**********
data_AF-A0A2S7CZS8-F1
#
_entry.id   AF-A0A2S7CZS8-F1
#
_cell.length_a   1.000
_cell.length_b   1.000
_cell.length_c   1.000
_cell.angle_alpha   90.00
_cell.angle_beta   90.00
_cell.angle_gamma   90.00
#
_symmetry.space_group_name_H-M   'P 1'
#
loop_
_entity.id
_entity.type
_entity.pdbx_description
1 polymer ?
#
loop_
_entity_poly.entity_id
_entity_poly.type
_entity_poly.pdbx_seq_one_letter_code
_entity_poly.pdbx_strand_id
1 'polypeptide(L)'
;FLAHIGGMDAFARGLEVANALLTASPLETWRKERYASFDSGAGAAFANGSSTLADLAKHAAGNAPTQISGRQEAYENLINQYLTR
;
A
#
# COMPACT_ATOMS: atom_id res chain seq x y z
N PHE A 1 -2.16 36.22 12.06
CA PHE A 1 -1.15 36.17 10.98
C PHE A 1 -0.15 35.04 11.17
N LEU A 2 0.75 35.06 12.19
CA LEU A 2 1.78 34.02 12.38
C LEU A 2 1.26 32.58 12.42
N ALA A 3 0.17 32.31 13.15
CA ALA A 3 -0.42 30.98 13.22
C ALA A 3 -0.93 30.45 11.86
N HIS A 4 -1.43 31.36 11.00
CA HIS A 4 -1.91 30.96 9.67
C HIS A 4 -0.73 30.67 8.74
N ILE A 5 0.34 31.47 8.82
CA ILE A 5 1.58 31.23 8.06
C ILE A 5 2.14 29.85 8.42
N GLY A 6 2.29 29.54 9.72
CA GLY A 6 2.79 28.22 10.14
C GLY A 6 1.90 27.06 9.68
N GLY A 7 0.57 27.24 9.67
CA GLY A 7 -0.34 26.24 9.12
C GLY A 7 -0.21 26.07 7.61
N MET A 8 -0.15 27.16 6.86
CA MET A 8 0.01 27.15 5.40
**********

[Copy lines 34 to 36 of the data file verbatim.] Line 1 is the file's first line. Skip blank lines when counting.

N LEU A 2 0.75 35.06 12.19
CA LEU A 2 1.78 34.02 12.38
C LEU A 2 1.26 32.58 12.42